Charis Bible College

Charis Bible College, site of June 29 to July 3 conference. Courtesy Charis Bible College.

Churches holding indoor services have become a hot spot for COVID-19 outbreaks, and in Colorado, a weeklong Bible conference prompted a cease-and-desist order from the Attorney General for violating public health orders.

The cease-and-desist order on July 2 went to to Andrew Wommack Ministries of Woodland Park, attempting to shut down the ministry's Summer Family Bible Conference.

The ministry's attorneys, Liberty Counsel of Lynchburg, Virginia, responded that they believed the ministry complied with public health orders in Teller County on everything except for the county's limit of 175 people for an indoor gathering. That limitation violates the ministry's First Amendment rights, the attorneys said.

The public health order issued by Gov. Jared Polis and the Colorado Department of Public Health allows for events of up to 175 people, under variances granted to counties, and so long as social distancing can be maintained. Gabi Johnson of CDPHE confirmed that that variance granted to Teller County was for that limit, and that the conference violated that limit.

Liberty attorney Richard Mast had a different interpretation, that Wommack Ministries could hold events for up to 50% capacity of the venue's auditorium. Before this year’s conference began on June 29, the ministry estimated that 1,000 people would be on site at its headquarters in Woodland Park. The conference was scheduled to conclude on July 3. 

The auditorium on the 336-acre campus, which also houses Wommack’s Charis Bible College, can seat more than 3,000, which “allows for safe social distancing,” said ministry spokeswoman Eileen Quinn prior to the event.

The July 2 cease-and-desist, issued the day before the end of the conference, said that indoor venues could hold up to 100 people, but that counties could seek a variance. Teller County has been granted two such variances, the Attorney General's letter said. An event of more than 175 people would violate the public health order.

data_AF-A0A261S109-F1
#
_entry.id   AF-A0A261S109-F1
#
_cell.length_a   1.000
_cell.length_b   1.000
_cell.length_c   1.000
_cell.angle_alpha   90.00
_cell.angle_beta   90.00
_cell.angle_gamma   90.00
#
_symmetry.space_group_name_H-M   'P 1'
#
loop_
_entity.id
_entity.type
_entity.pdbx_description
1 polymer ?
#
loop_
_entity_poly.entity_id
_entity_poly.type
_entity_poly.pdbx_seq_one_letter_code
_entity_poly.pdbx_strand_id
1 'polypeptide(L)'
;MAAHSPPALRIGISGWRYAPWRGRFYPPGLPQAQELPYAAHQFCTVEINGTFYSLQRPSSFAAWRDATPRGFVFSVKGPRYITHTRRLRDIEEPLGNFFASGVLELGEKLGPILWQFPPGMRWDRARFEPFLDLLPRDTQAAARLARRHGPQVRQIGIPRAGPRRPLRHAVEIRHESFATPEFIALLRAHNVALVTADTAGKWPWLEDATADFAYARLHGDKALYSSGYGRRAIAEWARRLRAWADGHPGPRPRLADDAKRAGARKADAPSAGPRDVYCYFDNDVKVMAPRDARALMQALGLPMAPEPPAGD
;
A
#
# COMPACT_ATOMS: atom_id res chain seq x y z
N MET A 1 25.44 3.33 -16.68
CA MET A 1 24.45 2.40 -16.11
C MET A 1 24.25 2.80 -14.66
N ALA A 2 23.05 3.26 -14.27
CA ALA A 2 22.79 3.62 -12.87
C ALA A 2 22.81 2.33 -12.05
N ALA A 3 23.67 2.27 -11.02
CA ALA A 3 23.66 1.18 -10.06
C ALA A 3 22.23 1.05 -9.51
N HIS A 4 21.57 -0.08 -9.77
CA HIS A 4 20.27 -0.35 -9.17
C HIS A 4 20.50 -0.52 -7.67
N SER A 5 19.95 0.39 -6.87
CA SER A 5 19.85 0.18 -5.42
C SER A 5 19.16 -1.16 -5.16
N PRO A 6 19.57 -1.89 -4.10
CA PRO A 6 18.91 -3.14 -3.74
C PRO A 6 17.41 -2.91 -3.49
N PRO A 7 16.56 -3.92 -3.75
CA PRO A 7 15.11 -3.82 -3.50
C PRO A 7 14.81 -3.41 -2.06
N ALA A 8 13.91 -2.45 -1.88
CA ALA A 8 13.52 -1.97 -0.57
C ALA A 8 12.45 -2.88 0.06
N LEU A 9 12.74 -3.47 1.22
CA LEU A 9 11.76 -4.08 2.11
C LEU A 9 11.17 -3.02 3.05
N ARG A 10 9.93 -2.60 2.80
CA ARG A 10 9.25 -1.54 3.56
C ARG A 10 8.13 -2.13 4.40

"If that is the case, you are directed to immediately cease hosting events that violate the terms of the executive order, the public health order, and the approved Teller County variance" or bring those events into compliance. This applies to the conference as well as to any post-conference activities, the letter said.

Immediate compliance is compulsory, and further non-compliance would result in a temporary restraining order.  Wommack Ministries has scheduled anotherevent at Charis for August 11-15. Johnson said Tuesday that the CDPHE will "focus on voluntary compliance, and we are hopeful that will occur in this case. We will monitor the situation and evaluate our legal options, which can include further enforcement of the cease and desist through a court proceeding."

The delay of the cease-and-desist until July 2 was due to the need to fully investigate, CDPHE's Johnson said. "When we received reports the conference had at least 300 people indoors, we needed to confirm the reports, gather additional information and speak with Teller County Public Health officials. In addition, we received information about an even larger gathering planned for July 4, as well as other upcoming events that were expected to draw crowd sizes prohibited by the public health order.

"We support religious communities coming together in fellowship, but we must all do this safely," she added.

In his response, Mast said they were surprised by the cease-and-desist letter, given that they had been working closely with Teller County on the event at 50% capacity. However, Teller County's public health website said they do not review private events on private property, and the public health application process links to the public health order Wommack is accused of violating.